What is Polycystic Ovarian Syndrome (PCOS)?
• Polycystic Ovarian Syndrome (PCOS) is a condition affecting women’s endocrine system, which is responsible for regulating various body processes by secretion of hormones.
• It usually affects women during their childbearing years which adversely affects their ability to have a child.
• Women with PCOS may experience irregular menstrual cycle periods and produce excessive levels of male hormones known as androgen.
• PCOS causes the formation of small fluid-filled sacs in a woman’s ovaries.
• It can cause an outbreak of acne and also unwanted hair, and increase the risk of developing other health problems such as high blood pressure and diabetes.
What are the causes of Polycystic Ovarian Syndrome?
The exact cause of this condition remains unknown. However, some factors do influence the onset of this condition. They are:
Genetics: Research has found that some genes are linked to PCOS and that it may be hereditary.
Excess insulin: The pancreas produces insulin hormone to enable your body to utilize the sugar from the food for energy. If the cells become resistant to insulin, the blood sugar level rises, causing the body to produce more insulin. This excess insulin simulates the production of male hormones known as androgens, which can cause difficulties with ovulation.
Inflammation: Studies have shown that woman with PCOS are likely to have a low-grade inflammation that simulates the production of androgens, leading to heart and blood vessel complications.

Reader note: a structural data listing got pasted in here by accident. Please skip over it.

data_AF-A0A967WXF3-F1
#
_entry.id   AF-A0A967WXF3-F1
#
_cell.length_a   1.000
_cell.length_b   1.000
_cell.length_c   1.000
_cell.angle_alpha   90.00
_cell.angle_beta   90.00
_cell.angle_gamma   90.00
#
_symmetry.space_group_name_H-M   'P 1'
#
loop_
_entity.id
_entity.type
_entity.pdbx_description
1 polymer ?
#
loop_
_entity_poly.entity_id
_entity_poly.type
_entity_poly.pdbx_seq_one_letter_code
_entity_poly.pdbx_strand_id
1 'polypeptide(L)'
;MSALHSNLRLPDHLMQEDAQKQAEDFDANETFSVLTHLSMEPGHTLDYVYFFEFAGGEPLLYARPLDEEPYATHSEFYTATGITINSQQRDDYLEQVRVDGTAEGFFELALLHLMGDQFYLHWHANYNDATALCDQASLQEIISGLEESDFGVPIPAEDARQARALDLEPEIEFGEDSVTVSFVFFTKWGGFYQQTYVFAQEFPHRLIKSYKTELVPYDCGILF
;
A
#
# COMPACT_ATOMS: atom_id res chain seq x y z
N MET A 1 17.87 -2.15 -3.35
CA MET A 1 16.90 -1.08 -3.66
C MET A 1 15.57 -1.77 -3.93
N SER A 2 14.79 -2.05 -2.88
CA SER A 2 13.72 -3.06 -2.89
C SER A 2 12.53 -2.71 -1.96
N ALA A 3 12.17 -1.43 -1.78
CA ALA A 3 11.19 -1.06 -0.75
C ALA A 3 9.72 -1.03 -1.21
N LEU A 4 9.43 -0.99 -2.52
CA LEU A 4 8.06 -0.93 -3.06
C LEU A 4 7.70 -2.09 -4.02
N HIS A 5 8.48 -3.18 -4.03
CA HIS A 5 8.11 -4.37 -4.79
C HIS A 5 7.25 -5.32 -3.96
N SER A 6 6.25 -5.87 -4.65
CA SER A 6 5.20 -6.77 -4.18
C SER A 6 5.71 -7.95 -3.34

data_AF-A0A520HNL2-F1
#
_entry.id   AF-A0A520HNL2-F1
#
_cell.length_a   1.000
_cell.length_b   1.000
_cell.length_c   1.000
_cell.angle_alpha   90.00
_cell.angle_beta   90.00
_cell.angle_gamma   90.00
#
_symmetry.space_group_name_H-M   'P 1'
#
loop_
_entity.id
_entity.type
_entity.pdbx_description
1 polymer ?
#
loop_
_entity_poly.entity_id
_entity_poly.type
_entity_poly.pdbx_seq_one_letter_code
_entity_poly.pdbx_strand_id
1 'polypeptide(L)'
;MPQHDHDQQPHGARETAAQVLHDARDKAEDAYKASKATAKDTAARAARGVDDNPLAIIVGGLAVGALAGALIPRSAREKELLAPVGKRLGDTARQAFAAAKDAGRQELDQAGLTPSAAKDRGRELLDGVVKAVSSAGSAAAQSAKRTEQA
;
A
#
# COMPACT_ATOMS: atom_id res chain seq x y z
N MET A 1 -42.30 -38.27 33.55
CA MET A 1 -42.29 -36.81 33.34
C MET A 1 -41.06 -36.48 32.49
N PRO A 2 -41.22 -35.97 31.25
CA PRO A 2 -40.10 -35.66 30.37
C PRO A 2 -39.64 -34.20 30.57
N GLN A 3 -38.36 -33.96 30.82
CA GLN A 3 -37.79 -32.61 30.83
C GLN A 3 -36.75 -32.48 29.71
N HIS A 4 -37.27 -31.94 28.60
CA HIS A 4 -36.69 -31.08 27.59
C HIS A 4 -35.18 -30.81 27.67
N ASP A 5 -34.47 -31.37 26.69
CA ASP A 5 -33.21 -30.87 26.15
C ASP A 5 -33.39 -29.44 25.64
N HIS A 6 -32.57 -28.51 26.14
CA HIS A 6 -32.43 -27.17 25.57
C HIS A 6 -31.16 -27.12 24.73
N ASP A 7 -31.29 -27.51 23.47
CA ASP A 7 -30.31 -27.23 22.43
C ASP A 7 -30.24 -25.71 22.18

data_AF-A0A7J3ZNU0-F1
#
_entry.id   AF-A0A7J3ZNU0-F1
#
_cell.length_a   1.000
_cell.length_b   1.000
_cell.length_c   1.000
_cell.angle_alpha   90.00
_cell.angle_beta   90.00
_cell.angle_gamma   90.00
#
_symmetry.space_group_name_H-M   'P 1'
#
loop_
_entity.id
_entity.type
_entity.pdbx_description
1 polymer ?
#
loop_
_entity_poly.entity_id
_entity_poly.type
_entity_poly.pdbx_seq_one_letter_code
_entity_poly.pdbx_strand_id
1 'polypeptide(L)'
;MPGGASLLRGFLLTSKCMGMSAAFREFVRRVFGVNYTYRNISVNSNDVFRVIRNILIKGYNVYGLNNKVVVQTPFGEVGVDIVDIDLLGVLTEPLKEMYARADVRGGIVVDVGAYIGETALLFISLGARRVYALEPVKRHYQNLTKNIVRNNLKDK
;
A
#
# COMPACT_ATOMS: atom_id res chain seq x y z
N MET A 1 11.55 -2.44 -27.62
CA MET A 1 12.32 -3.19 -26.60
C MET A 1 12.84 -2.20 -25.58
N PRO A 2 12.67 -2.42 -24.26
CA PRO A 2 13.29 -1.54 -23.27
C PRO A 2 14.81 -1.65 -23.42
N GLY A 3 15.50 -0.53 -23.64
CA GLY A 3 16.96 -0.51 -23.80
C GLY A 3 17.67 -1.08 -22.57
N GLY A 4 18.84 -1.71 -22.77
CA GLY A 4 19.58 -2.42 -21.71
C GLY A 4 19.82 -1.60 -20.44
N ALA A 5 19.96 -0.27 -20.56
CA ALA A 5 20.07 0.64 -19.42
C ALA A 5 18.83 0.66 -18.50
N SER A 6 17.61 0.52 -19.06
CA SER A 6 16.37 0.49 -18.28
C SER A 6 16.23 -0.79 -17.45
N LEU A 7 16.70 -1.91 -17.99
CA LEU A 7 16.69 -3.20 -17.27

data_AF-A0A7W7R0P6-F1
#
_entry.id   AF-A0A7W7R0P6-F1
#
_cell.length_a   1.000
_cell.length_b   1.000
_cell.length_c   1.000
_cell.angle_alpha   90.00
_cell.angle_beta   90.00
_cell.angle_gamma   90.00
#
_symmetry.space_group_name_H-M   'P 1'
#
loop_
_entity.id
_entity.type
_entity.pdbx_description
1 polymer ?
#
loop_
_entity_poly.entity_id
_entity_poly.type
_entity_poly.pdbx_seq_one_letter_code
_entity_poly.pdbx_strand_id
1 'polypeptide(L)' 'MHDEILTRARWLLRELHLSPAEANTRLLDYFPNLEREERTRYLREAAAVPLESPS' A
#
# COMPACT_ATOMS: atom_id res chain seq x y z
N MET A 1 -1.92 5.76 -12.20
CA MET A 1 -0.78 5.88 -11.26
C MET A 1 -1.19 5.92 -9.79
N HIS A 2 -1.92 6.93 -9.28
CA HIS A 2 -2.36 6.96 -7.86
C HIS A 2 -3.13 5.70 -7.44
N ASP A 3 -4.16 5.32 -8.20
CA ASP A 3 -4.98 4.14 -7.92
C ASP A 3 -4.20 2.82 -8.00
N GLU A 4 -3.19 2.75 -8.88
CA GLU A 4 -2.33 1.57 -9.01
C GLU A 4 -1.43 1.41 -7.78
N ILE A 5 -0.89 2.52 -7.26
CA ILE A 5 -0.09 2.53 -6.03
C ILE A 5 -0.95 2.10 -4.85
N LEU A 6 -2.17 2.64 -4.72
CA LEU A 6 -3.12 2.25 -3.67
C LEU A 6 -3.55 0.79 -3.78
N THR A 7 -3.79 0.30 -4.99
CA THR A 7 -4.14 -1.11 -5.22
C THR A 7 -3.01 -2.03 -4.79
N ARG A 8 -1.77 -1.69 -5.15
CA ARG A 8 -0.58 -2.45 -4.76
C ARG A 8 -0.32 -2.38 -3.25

What are the symptoms of PCOS?
The common signs and symptoms of this condition are:
• Hirsutism: Excessive hair growth is known as hirsutism. In other words, a woman might experience unwanted hair growth in areas such as face, chin, stomach and chest.
• Irregular Period: Infrequent or irregular periods due to lack of ovulation is one of the most prominent symptoms of PCOS. In some cases, a woman may get fewer than 8 or nine periods in a year.
• Baldness: Women with PCOS might see thinning hair on the scalp and hair loss.
• Acne: Due to the hormonal changes, a woman might develop oily skin with pimples and cause breakouts in areas like face, chest, back etc.
• Weight Gain: Most of the women with PCOS are overweight or obese.
• Headaches: Due to hormonal changes, a woman may experience frequent headaches.
• Darkened Skin: High insulin levels due to abnormal hormonal changes results in a skin condition known as acanthosis nigricans, which is characterized by dark, velvety patches of skin in the body creases like those on the neck and in the groin.
Some other symptoms which may occur include dandruff, problems falling asleep, feeling tired all the time, high cholesterol levels and blood pressure. With the exception of irregular periods, which is a definite symptom of PCOS, all the other symptoms may or may not be present.
How is PCOS diagnosed?
The doctor starts diagnosis for PCOS in case the patient exhibits any of the following symptoms:
• Hyperandrogenism, characterized by high levels of male hormones (androgens) present in the blood or external symptoms like acne, excess hair growth on face, chin or chest and male-pattern balding.
• Irregular periods
• Ovarian cysts
In order to correctly diagnose PCOS, the doctor needs to exclude other illnesses which exhibit similar symptoms of menstrual dysfunction, such as hypothyroidism. PCOS can be diagnosed through the following means: